Venus of Urbino
Comparing Venus of Urbino Through inspiration from Giorgiones’ Sleeping Venus, Titian a younger contemporary, developed the standard for the female nude, in his Venus of Urbino. Unlike his predecessor, Giorgione, Titian’s painting is one of the first indoor nudes in the renaissance era. The painting portrays a reclining nude in oil, her body softly rounded is unapologetically sensual and her attributes are painted as a commoner instead of a goddess. The compositional aspects of the painting must be noted as well.
Venus’ hand and genitals are placed in the immediate center of the painting, as though she is toying with herself, the sensually explicit painting also displays Venus frankly staring directly at the viewer almost seductively. A dog is placed near her feet; some argue that the dog is a symbol of loyalty. The intention of Titian in his Venus of Urbino is a much-debated topic, whether or not the painting is an allegory for lust or a symbol of faithfulness in marital love is undecided.
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One thing is definite Titian’s Venus of Urbino is a staple of the female nude and it has influenced a multitude of artists. In 1863, Edouard Manet composed Olympia, which was largely inspired by Titian’s Venus of Urbino. This painting was also scandalous just like Venus of Urbino. “Manet’s painting of a nude prostitute and her black maid carrying a bouquet from a client scandalized the public” (781). The combination of both a black maid and a prostitute caused outrage in the French public. Manet’s style and artwork were questioned and he ultimately stopped painting what was accepted at the time.
Olympia, which was a common name for a prostitute in the 19th century is displayed reclining across a bed just like Venus. She stares directly in the viewers eye, not sensually, but uncaringly or undaunted. The paintings composition displays her with her hand hiding her genitals near the center of the portrait, nearly identical to Venus of Urbino. Other similarities include: right hand position, the green curtain coloration, the dark red bed and the use of exactly two pillows. Unlike Titian, Manet places a cat by Olympias feet.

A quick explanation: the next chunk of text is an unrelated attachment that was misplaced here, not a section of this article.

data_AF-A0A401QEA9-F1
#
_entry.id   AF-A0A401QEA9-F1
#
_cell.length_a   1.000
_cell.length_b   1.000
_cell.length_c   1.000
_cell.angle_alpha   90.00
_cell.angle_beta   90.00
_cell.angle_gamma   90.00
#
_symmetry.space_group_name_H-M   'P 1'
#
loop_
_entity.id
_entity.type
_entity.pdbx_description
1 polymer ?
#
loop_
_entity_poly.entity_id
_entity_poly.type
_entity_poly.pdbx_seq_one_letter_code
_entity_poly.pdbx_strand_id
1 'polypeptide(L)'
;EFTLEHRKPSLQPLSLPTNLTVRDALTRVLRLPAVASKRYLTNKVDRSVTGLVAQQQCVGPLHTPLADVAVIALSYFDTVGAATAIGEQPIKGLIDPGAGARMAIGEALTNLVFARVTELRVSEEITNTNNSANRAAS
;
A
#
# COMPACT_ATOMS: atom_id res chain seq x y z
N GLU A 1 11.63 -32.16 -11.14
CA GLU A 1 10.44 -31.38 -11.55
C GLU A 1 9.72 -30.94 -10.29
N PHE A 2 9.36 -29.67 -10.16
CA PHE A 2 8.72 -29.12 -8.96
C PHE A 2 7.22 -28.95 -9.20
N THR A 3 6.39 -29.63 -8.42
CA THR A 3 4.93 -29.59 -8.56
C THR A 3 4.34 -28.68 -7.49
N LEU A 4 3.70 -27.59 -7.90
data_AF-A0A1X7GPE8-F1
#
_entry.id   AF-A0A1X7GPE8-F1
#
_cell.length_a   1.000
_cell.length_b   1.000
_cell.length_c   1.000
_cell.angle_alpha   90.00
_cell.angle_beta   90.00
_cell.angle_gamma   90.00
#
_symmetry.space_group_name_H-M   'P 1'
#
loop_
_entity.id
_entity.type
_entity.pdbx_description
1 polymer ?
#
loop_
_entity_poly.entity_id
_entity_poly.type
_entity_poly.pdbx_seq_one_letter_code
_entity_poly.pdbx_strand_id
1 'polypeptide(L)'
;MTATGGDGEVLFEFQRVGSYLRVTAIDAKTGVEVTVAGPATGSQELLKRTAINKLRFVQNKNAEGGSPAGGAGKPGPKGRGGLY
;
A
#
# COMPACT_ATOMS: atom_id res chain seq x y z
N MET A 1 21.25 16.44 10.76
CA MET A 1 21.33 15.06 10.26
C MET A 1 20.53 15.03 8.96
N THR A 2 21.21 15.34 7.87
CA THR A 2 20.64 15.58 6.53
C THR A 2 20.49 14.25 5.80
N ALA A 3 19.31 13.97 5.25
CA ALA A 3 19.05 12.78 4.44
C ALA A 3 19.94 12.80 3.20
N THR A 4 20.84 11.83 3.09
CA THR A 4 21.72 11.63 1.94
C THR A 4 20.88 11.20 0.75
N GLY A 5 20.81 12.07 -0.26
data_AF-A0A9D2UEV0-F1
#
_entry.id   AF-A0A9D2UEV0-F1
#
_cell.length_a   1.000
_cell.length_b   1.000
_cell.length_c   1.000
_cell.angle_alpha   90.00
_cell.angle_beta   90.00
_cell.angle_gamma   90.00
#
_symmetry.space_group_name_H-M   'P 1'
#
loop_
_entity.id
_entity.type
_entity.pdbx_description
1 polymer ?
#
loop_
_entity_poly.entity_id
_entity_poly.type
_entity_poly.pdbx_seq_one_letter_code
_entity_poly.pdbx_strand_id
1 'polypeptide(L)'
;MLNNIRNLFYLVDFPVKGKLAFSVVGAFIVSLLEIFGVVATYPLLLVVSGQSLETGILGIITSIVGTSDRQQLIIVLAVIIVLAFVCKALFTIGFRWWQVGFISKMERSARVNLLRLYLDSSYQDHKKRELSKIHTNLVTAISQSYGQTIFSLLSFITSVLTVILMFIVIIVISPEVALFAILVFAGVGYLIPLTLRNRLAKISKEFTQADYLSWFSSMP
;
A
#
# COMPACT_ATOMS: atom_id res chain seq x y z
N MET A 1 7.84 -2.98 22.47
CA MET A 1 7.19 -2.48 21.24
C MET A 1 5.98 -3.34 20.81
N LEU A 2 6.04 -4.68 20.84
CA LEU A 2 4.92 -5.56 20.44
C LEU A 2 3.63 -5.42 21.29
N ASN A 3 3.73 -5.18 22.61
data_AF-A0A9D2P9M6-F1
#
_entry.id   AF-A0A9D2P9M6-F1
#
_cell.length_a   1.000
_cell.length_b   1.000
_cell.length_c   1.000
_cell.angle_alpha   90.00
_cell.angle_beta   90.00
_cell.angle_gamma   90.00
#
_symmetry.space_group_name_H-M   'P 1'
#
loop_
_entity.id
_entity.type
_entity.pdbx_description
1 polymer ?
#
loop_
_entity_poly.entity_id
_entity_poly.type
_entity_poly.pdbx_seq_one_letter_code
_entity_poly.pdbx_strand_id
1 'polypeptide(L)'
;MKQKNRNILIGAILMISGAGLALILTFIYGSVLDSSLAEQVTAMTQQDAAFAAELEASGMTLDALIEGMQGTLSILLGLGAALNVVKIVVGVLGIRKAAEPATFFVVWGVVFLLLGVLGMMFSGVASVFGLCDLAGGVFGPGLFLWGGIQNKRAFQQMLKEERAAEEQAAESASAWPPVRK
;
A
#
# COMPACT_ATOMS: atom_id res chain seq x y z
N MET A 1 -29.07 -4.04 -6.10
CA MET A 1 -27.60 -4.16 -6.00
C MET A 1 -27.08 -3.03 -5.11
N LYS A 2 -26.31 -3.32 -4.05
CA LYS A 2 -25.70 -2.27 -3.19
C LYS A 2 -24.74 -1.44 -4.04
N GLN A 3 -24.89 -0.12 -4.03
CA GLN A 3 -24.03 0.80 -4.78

Cats usually represent independence, femininity, but in this case the cat probably represents prostitution. Although Manet’s brush strokes are much rougher then Titian’s the similarity between the two paintings is unmistakable. Throughout the centuries artists have often depicted the female nude. Giorgione did it in 1510 followed by his student Titian in 1538. All the way through to Edouard Manet who practically recreated Urbino with his Olympia in 1863. In the 20th century an avant-garde movement titled cubism surfaced. Pablo Picasso a pioneer of cubism also painted the female nude.
In his Les Demoiselles d’Avignon, Picasso paints five female prostitutes “in the reception room of a brothel on Avignon Street in Barcelona” (845). Like Manet, Picasso decides to paint prostitutes, (I don’t understand artists fascinations with prostitutes) yet in his painting he abandons any type of perspective or realism and creates what is viewed as innovative piece in the cubist movement. Picasso utilizes sharp angles and a primitive style to render a very strange painting; he explains this as “paint[ing] forms as I think [of] them, not as I see them” (847).
The women, who are depicted to the rightmost part of the painting, seem to be wearing masks this is due to his fascination with African sculpture and primitivism. The most realistic looking women is second from the left in the composition. Her breasts are rounded, not triangular; the only odd aspect is her stance. The way her legs are positioned it looks like she will fall over. Her pose actually makes more sense if she were lying down. If you rotate the image so this woman is lying down the position of her body mirrors that of Giorgione’s Sleeping Venus. (see below pg. ) Intentionally or unintentionally, Picasso has captured the entire legacy of western art. Throughout history the female nude has been recreated in many different styles. Although these styles differ immensely, the influence of both Giorgione’s Sleeping Venus and Titian’s Venus of Urbino must be accredited. Pictures. Giorgione Sleeping Venus 1510 Pablo Picasso (after being rotated to compare to Sleeping Venus Note similar arm and leg position) Demoiselles d’Avignon 1907 Titian Venus of Urbino 1538 Edourd Manet Olympia 1863 Pablo Picasso Demoiselles d’Avignon 1907 Bibliography Art Through the Ages